During intervention, the required limb tissue temperature was reached within 8–12 minutes in group IV and 10–15 minutes in group III. Stable temperatures were then maintained for a further 30 minutes with a mean of 41.4°C ± 0.5. To reach limb tissue temperature the perfusion fluid maintained 43°C ± 0.4.

Tumor and lesion Volumes

Before treatment, the mean (s.e.m) volume of the treated tumors in groups I, II, III, IV and V was 105 mm3 (4.3), 98 mm3 (5.7), 108 mm3 (3.4), 95 mm3 (5.0) and 107 (4.1) mm3 respectively, with no significant difference between the groups. Average tumor volume of the controls (I) increased to 1388 mm3 (101) during six weeks. In the sham operated group (II) tumor volume was significantly larger than in group I (2350 mm3 (198.6), P = 0.021). Tumor volume in group IV was significantly smaller (1009 mm3 (122.5)) than in group I and lowest in group V 405 mm3 (103.6) (P= 0.036 and P= 0.021, respectively.). There were no significant differences in size between group I and group III (1135 mm3 (99)) after six weeks (P > 0.05)(Fig. 2).
Figure 2

The mean tumor volumes + SEM of groups I to V (n = 30) 6 weeks after treatment; Group II, III, IV and V compared to group I (§: P = 0.036 ; #: P = 0.021 (Kruskall-Wallis) n.s.:not significant).

Body weight

After the perfusion, body weight decreased in all groups during the first 5 days with a maximum of 8 %. In the following weeks, body weight mounted up to 130 % of the preoperative value. In the last week of the experiment, the weight almost reached a plateau. No significant differences between the five experimental groups were found.

Histology

In the H&E staining the untreated melanoma (group I) presented as a subcutanous unilocular nodule of moderate differentiation. The tumor showed mainly tubular structures with vacuole like lumen formation and was infiltrated with fibrous septa. The spontaneous rate of necrosis was estimated to be 20 %. Numerous mitoses were detected. Tumor morphology did not change with ageing or tumor size. Histology was similar in group II.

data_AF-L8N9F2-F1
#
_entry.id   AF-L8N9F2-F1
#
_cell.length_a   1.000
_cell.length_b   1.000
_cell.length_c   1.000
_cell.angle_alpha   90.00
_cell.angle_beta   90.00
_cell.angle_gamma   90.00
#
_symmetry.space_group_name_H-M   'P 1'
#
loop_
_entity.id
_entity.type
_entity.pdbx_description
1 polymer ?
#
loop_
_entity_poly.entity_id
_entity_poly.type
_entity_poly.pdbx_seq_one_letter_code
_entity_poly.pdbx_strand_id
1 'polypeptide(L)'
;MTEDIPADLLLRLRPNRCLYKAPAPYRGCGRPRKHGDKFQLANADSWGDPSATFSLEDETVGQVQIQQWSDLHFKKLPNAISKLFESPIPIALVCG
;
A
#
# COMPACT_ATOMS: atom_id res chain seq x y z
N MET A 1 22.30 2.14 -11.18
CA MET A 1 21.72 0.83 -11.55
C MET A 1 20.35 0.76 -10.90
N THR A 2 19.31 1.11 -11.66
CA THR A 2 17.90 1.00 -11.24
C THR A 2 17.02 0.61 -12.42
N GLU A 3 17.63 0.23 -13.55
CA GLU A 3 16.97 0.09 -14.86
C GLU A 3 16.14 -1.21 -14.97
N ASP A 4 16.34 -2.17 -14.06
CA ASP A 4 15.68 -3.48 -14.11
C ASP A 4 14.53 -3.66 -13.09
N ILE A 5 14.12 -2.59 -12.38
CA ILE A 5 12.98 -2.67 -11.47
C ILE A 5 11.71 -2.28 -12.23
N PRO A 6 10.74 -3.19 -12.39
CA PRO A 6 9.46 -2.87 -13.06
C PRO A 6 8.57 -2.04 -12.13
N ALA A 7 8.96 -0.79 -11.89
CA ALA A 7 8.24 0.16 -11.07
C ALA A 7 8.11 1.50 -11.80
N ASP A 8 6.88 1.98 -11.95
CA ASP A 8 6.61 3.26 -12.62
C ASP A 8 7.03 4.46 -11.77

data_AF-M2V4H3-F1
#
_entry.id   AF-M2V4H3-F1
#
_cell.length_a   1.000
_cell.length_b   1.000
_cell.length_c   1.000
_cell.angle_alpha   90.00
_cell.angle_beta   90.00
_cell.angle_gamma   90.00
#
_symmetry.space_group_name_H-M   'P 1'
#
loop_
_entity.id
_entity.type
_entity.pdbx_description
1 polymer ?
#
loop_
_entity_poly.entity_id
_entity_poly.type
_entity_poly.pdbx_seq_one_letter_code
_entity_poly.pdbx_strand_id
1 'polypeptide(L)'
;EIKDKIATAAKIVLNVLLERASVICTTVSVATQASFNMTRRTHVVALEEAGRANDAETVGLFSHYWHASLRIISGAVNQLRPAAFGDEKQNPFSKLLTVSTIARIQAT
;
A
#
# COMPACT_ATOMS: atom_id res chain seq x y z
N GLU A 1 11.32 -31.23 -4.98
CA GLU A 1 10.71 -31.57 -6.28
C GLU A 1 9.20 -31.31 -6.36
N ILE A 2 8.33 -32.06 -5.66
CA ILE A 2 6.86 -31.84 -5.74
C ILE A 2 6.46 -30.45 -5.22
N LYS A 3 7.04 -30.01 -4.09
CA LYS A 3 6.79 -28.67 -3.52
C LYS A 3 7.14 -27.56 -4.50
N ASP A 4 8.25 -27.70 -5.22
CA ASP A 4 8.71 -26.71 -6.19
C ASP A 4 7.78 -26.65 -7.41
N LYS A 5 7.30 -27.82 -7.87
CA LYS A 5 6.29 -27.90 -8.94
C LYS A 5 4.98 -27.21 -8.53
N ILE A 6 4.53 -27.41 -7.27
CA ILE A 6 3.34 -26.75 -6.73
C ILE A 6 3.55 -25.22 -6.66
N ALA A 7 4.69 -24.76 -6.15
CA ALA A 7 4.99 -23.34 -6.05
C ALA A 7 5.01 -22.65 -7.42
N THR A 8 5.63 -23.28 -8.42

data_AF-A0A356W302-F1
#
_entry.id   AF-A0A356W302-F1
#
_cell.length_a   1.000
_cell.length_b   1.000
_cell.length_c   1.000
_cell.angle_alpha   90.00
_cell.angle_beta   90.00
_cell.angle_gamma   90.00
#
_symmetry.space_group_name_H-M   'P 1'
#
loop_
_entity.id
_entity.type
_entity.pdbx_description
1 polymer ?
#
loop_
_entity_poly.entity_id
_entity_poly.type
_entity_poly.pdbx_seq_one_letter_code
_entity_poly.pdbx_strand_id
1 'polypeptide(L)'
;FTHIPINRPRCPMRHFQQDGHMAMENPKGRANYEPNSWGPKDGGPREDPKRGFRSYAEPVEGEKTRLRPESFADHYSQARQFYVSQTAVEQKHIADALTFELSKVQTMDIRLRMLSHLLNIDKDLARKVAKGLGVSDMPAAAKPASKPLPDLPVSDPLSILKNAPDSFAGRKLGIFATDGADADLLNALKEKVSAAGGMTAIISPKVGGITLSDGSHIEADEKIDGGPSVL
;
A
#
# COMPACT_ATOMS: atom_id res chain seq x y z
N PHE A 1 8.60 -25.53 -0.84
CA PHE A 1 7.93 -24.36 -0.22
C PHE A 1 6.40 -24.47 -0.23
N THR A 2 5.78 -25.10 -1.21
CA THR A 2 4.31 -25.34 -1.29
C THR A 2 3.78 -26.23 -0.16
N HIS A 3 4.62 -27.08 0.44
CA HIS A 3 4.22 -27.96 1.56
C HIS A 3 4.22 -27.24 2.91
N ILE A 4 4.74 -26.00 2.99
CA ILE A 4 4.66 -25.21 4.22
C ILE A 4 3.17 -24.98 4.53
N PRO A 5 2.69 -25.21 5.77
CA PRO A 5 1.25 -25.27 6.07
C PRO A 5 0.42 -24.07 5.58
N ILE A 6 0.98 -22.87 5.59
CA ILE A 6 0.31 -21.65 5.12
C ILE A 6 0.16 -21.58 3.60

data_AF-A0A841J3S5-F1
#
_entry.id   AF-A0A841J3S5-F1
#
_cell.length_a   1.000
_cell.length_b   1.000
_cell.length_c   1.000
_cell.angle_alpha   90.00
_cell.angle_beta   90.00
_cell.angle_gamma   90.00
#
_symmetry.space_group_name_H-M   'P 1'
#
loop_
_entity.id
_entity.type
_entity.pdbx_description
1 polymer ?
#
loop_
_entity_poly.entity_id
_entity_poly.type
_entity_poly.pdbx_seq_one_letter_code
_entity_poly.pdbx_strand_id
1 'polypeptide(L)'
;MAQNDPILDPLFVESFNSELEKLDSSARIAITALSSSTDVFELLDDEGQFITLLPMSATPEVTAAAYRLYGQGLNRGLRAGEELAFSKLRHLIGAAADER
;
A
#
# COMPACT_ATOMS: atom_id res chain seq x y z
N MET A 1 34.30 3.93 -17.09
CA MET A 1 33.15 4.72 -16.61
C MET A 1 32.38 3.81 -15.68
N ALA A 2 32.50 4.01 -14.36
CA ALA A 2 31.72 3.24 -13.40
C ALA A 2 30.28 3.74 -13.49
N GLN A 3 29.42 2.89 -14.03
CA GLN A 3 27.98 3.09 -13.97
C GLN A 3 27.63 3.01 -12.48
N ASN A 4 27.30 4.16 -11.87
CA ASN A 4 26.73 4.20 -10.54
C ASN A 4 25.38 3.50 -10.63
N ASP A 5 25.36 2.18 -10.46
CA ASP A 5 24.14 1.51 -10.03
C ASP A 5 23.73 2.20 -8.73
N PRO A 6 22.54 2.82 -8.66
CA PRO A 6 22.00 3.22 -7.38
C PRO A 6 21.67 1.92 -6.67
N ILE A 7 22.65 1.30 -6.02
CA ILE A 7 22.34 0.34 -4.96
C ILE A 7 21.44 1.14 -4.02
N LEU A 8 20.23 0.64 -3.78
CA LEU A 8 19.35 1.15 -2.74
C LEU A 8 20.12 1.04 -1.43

In group V the tumors showed signs of irreversible cell damage after treatment. Tumor cells displayed clear shrinkage and partial loss of cell contact. Thromboses of the larger adjacent vessels were found on the tumor-skin border. Macrophage infiltration was present in all groups, but was more numerous pronounced in group V. In group III and IV there were less signs of irreversible cell damage after treatment than in group V.

Immunhistochemical analysis of the histological sections for bFGF demonstrated that microvessel density of group I (Fig 3) ranged from 18 to 23 with a mean value of 20. Angioneogenesis was more pronounced in group II (Fig 4) than in group I (p = 0.003) and less pronounced in group IV and V (Fig 5) compared with group I (p = 0.023, p = 0.001). There were no significant differences in the expression of angiogenetic markers between group I and group III (p >0.05).
Figure 3

Immunohistochemical staining for bFGF in group I (control): Microvessels are represented by red clusters, which stand out sharply from other tissues.

Figure 4

Immunohistochemical staining for bFGF in group II (sham operated): More microvessels are represented in the margin of the tumor.

Figure 5

Immunohistochemical staining for bFGF in group V (HILP): Angioneogenesis is less pronounced as in group I. Brown clusters represent melanin.

Immunhistochemical analysis of the histological sections for CD34 showed that microvessel density of group I ranged from 17 to 23 with a mean value of 19. Angioneogenesis was more pronounced in group II than in group I (p = 0,001) and less pronounced in group IV and V compared with group I (p = 0.023, p = 0.017). There were no significant differences in the expression of angiogenetic markers between group I and group III (p > 0.05).

Strong expression of bFGF and CD34 was found in the cytoplasm of intimal endothelial and medial smooth muscle cells. Expression of bFGF and CD34 was stronger at the invasion front than in the centre of tumors.

Summarized data of the expression intensity of bFGF and CD34 in the tumors are given in table 1.
Table 1

Summarized data of the expression intensity of bFGF and CD34

 

CD34

P to group I

bFGF

P to group I

group I

19

----

20

----

group II

28

0.001

26

0.003

group III

20

> 0.05

21

> 0.05

group IV

27

0.023

26

0.023

group V

16

0.017

16

0.001

Tumor remission

In group I and II tumor progression was observed in all animals macro- and microscopically. In group III and IV 5 animals showed tumor progression and one had a partial tumor response. In group V, 2 animals showed tumor progression, 2 had a complete remission. One had a partial tumor response and one had no change in tumor response (table 2).
Table 2

Tumor response to treatment of isolated limb perfusion. Tumor diameters were measured and expressed as a percentage of the size at the time of treatment.

response

group I

group II

group III

group IV

group V

complete

0/6

0/6

0/6

0/6

2/6

partial

0/6

0/6

1/6

1/6

1/6

no change

0/6

0/6

0/6

0/6

1/6

progressive

6/6

6/6

5/6

5/6

2/6

Discussion

A phenomenon that has been described by numerous authors is the rapid increase of tumor growth following surgical manipulation [16, 17].

This was also observed in our sham-operated group of animals (group II) in which tumors grew more rapidly than in the control group (group I). This implies that resection is associated with an accelerated growth in residual tumors. It is assumed that the surgical manipulation induces liberation of growth factors that in addition to their effect on healing also have a stimulating effect on tumor proliferation.